The story of The Da Vinci Code asserts that Jesus must have been married because that was the norm for Jewish men at the time, and He wouldn't have been taken seriously as a religious teacher if He had not been married.

The Gospels do not describe Jesus as being married. They describe and name His parents, other family members, and even women whom Luke says accompanied Him and the apostles:
And the twelve were with him, and also some women who had been healed of evil spirits and infirmities: Mary, called magdalene, from whom seven demons had gone out, and Joanna, the wife of Chuza, Herod's steward, and Susanna, and many others, who provided for them out of their means. - Lk 8:2-3, RSV

The Gospels describe Jesus' interaction with the people of His hometown. If Jesus had been married, given the frequency with which other relations are mentioned, the marriage would have been mentioned as well. there would be no reason not to.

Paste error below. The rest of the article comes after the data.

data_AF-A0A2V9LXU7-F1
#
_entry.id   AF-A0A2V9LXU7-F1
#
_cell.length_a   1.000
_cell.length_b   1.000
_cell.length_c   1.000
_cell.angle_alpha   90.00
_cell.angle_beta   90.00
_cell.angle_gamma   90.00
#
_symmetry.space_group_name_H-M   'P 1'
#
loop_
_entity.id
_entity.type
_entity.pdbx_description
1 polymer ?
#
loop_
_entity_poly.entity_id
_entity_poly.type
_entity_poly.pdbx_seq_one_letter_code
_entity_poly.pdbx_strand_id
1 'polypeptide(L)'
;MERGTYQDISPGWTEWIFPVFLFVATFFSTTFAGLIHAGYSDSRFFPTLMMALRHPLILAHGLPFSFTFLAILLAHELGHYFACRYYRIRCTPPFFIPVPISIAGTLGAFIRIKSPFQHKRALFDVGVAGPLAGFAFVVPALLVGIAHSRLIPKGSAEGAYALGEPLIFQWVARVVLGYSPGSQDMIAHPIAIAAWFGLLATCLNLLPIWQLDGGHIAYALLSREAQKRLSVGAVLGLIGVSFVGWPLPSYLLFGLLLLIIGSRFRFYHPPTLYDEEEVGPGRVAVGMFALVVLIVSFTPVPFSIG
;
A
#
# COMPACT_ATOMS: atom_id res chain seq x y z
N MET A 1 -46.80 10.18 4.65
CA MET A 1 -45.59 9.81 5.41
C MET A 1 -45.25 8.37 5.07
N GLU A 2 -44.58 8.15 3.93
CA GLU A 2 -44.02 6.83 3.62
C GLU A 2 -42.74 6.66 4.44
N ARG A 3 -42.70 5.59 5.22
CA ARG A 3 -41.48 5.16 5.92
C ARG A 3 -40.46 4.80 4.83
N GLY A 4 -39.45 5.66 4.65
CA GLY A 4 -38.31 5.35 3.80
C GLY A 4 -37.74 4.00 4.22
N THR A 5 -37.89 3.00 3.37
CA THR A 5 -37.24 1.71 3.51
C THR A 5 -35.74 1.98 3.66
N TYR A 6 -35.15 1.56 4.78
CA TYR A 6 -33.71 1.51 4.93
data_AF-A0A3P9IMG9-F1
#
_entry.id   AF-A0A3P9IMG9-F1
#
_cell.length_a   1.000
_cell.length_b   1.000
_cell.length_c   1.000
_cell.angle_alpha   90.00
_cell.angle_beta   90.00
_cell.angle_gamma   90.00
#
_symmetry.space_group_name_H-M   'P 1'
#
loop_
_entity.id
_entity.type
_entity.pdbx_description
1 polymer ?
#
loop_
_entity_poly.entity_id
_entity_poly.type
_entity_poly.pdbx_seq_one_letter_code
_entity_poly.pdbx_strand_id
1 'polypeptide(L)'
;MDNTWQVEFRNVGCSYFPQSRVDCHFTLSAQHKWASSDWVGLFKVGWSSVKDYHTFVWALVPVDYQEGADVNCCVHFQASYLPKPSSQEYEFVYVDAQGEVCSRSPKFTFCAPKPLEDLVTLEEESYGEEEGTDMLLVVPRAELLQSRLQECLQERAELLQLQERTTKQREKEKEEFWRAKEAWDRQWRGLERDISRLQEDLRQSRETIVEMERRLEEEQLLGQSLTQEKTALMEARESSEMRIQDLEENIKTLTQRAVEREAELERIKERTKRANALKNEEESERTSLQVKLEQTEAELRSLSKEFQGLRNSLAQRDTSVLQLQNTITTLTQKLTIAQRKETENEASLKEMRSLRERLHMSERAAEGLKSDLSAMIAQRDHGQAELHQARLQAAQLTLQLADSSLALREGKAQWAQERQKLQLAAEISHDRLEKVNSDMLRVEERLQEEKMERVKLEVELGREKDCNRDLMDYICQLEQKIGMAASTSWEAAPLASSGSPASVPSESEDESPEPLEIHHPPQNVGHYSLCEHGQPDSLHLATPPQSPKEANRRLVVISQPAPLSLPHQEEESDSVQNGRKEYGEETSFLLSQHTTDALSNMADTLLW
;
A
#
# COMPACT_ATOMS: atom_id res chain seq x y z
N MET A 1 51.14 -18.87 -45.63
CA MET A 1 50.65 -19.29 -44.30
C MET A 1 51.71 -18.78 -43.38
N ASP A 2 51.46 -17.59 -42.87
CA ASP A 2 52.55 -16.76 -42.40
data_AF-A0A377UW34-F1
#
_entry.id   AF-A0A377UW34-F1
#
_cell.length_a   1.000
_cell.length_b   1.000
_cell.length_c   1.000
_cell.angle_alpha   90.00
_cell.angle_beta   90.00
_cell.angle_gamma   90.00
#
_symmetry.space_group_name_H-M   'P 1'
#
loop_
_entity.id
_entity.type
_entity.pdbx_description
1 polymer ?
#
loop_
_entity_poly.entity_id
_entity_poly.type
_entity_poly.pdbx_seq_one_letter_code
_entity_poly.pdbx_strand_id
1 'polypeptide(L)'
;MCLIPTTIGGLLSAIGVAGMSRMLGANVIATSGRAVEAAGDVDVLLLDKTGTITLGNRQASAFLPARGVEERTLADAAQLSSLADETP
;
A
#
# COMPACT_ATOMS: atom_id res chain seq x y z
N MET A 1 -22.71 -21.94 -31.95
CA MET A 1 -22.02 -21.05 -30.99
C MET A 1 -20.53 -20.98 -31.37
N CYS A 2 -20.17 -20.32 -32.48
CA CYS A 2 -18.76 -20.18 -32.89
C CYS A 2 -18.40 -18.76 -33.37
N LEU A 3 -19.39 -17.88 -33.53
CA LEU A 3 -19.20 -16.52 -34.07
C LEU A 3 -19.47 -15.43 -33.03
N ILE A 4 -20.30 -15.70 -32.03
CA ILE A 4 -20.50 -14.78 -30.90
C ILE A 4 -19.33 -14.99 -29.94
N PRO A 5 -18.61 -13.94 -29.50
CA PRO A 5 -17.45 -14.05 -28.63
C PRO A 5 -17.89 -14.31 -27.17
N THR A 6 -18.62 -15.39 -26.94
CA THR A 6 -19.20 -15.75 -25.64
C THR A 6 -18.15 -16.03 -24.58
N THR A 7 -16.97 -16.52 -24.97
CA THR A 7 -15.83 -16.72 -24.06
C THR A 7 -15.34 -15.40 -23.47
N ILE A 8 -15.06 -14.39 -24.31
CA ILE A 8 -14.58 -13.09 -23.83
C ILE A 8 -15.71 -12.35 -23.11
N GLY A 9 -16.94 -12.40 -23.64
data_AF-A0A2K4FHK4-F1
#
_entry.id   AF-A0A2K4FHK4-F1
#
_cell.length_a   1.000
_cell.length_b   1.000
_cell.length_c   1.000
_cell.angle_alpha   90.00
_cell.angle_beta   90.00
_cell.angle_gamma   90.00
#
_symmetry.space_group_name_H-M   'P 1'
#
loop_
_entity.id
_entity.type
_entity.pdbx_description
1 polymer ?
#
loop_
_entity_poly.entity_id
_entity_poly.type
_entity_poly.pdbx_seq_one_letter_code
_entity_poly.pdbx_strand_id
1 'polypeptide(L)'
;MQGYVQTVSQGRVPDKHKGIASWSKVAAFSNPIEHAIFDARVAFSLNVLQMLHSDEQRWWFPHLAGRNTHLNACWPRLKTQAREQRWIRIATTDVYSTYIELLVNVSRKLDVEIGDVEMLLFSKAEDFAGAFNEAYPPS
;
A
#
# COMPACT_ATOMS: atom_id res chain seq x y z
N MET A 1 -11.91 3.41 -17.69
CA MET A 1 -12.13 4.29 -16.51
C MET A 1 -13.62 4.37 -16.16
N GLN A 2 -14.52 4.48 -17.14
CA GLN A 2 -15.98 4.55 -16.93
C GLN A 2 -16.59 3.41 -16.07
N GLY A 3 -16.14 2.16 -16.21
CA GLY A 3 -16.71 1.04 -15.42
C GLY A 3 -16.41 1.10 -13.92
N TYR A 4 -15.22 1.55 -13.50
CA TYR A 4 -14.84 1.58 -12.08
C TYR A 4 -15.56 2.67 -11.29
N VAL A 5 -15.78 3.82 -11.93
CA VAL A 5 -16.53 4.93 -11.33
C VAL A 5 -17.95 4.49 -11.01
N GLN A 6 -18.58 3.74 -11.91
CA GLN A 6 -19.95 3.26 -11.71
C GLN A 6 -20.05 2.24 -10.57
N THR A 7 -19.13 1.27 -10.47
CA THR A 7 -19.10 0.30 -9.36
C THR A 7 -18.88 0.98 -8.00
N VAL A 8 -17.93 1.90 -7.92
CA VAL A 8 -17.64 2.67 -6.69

Secondly, being unmarried would not have diminished Jesus' authority as a Jewish teacher. Certain Jewish prophets, Jeremiah amount them, were unmarried. John the Baptist was unmarried, as was Paul; and, during the first century, an entire community of Jewish celibates, called the Essenes, lived near the Dead Sea.

In other words, while being unmarried would have been unusual for a Jewish man, it would not be unheard of, especially for a man totally consumed by dedication to God.

What About Mary Magdalene?
Brown says that Mary Magdalene was of royal blood, of the tribe of Benjamin, and Jesus' wife. According to his story, after the Crucifixion, Mary, pregnant with Jesus' child, moved to France and became the root of the Merovingian royal family.

He also says that Jesus intended Mary to be the head of His church, but that Peter seized power from her, suppressed all evidence of Jesus' real intentions, and set into motion a 2,000-year conspiracy to demonize Mary Magdalene.